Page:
By Andy Miller
Georgia Health News
State officials are halting COVID vaccinations at a Cumming site after eight people had adverse reactions to getting a Johnson & Johnson shot there Wednesday.
The CDC is evaluating the situation in the Atlanta suburb and in three other states – Iowa, Colorado and Michigan.
One person in Cumming was evaluated at a hospital and then released, the Department of Public Health said Friday. The other seven were monitored at the vaccine site — the Cumming Fairgrounds — and sent home.
The reactions “were consistent with common reactions in adults being vaccinated with any vaccine, but due to the number of individuals affected, the site stopped the J&J vaccinations to evaluate,’’ Public Health said in a news release.
There were 425 J&J vaccines administered at the Forsyth County site Wednesday. Tens of thousands of J&J doses have been given statewide with no adverse reactions, Public Health said.
“There is no reason to believe there is anything wrong with the vaccine itself, and other individuals who have received the J&J vaccine should not be concerned,” Dr. Kathleen Toomey, Public Health commissioner, said in a statement. “We are looking into what happened and what may have caused the reactions, including the conditions at the fairgrounds such as heat and the ability to keep the site cool.’’
The J&J vaccine for COVID-19 has an advantage in its convenience because it requires only one shot, while the other types now in use in the United States require two shots spaced weeks apart.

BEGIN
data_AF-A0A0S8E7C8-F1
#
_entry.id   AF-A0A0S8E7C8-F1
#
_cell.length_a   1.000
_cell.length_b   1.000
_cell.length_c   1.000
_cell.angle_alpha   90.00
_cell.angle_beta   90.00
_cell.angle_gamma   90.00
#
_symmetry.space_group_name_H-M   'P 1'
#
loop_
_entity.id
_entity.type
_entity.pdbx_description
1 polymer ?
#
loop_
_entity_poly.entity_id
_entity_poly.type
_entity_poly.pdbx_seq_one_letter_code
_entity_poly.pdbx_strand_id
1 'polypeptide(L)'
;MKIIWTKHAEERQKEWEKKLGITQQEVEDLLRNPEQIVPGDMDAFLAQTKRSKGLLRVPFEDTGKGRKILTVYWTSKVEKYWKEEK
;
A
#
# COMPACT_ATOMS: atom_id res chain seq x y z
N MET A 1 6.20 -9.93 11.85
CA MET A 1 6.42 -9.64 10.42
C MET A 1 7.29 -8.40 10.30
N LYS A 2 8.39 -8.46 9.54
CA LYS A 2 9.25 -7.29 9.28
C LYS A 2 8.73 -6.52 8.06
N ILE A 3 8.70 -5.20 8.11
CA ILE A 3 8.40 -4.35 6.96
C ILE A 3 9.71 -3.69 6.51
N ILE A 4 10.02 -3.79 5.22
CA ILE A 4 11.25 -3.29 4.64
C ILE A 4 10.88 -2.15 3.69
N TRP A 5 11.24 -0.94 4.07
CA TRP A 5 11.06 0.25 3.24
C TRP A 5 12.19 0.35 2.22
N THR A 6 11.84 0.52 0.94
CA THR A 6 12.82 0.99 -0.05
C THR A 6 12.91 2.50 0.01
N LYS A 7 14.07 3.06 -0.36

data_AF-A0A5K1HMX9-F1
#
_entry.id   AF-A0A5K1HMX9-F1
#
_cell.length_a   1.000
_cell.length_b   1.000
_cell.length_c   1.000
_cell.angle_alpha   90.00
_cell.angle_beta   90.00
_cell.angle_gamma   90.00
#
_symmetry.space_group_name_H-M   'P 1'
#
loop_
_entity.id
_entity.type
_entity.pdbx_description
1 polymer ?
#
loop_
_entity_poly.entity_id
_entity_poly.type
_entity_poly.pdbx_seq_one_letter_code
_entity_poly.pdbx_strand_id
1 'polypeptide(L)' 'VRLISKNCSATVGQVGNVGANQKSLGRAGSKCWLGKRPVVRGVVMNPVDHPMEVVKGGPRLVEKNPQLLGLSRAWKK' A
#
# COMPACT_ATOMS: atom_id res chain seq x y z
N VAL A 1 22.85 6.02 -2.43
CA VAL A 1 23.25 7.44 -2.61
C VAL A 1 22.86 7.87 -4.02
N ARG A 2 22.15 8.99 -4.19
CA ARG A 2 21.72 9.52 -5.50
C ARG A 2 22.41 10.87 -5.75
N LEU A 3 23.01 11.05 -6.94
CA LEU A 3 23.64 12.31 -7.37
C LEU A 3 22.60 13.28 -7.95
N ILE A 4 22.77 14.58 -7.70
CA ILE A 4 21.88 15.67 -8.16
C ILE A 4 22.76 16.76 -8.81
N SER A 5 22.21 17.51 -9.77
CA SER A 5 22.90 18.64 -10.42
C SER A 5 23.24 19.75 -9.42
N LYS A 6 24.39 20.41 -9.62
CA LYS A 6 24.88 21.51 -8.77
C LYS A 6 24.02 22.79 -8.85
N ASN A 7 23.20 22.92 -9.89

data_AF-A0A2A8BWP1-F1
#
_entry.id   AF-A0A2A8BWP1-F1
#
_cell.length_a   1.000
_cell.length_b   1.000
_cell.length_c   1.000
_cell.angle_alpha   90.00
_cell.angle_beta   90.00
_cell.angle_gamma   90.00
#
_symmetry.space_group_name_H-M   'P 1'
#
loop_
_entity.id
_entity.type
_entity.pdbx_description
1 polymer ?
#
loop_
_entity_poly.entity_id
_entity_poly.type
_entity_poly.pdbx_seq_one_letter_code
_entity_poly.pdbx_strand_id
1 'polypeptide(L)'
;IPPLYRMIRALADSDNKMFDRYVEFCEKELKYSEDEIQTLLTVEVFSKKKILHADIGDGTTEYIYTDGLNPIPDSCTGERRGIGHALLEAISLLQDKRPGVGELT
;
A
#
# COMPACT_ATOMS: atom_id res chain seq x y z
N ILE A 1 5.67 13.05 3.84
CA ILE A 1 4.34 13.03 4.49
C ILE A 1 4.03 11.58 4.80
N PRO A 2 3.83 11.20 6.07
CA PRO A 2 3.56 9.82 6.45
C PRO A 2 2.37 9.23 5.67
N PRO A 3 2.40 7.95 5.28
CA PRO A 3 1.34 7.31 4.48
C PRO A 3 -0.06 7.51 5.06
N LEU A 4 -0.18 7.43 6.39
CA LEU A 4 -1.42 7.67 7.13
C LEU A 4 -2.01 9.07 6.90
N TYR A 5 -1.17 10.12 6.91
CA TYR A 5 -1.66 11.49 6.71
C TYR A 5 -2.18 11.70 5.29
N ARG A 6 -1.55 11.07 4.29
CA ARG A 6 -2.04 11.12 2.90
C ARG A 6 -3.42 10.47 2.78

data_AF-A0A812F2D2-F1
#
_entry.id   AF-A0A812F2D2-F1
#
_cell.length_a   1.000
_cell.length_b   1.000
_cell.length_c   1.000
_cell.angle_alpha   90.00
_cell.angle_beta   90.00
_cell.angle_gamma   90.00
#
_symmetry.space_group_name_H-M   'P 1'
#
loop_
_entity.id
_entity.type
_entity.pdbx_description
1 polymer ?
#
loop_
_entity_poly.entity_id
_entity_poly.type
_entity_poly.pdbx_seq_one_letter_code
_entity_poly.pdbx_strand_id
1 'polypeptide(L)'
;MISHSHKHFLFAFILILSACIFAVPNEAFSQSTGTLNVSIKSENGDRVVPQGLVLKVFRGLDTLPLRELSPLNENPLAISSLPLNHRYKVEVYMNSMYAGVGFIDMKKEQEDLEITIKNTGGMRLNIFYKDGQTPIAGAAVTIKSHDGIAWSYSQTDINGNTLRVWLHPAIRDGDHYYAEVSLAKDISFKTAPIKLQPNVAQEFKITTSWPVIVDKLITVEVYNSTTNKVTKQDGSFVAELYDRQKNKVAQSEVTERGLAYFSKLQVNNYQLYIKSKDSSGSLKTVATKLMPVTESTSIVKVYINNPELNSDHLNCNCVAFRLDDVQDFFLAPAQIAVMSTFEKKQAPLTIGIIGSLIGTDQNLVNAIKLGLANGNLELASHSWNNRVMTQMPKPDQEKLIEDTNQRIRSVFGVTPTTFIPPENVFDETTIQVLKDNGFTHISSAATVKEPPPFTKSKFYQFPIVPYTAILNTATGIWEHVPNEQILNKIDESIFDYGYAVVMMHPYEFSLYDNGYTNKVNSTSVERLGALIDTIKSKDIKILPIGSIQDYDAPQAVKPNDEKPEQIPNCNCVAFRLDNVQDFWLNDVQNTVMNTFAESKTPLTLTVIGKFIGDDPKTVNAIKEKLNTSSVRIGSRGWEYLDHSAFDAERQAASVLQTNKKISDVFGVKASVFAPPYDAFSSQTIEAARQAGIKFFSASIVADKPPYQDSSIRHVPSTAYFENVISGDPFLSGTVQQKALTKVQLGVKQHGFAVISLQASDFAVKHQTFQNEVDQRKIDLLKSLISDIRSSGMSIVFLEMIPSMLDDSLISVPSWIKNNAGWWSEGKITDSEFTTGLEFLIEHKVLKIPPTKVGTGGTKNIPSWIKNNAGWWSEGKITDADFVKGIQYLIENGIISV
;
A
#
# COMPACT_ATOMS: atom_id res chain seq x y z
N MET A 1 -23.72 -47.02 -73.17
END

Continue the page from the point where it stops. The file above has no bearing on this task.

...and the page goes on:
North Carolina health officials said Thursday that they stopped administering Johnson & Johnson doses at a mass vaccination site in Raleigh and at clinics in Hillsborough and Chapel Hill after at least 26 people experienced adverse reactions, including fainting, the Association Press reported. Four people were taken to hospitals for further examination.
In Colorado on Wednesday, 11 people saw adverse reactions after receiving a J&J shot. Two were taken to a hospital.
CDC spokeswoman Kristen Nordlund said adverse reactions in these states include dizziness, light-headedness, feeling faint and rapid breathing, according to the AP.
Amber Schmidtke, a public health expert who tracks COVID-19 in Georgia with the Daily Digest, said such reactions are “why we want to observe people for 15 minutes after getting a shot.’’
She said Public Health is properly cautious after such an event “while they sort things out.’’
Last week, Johnson & Johnson vaccine was contaminated by ingredients from another company’s vaccine at a manufacturing plant in Baltimore, federal officials confirmed Wednesday, ruining a batch of raw vaccine representing millions of doses. The incident prompted a review of procedures.
The vaccine reactions may affect some people’s confidence in the J&J shot, Schmidtke said. But she added that the state’s response “shows that the system is working the way it’s supposed to. These are reactions that could happen with any injection.’’
On a separate issue, she said she’s concerned about the spread of the B.1.1.7 coronavirus variant in Georgia. This form of the virus, first identified in Britain, is easier to transmit from person to person than the one that originally hit the United States.
“I’m worried about it,’’ Schmidtke said.
A New York Times analysis and chart showed the variant represents close to an estimated 75 percent of the current cases in Georgia, a trajectory that’s similar to those in Michigan and Minnesota, which are seeing surges of COVID-19 cases.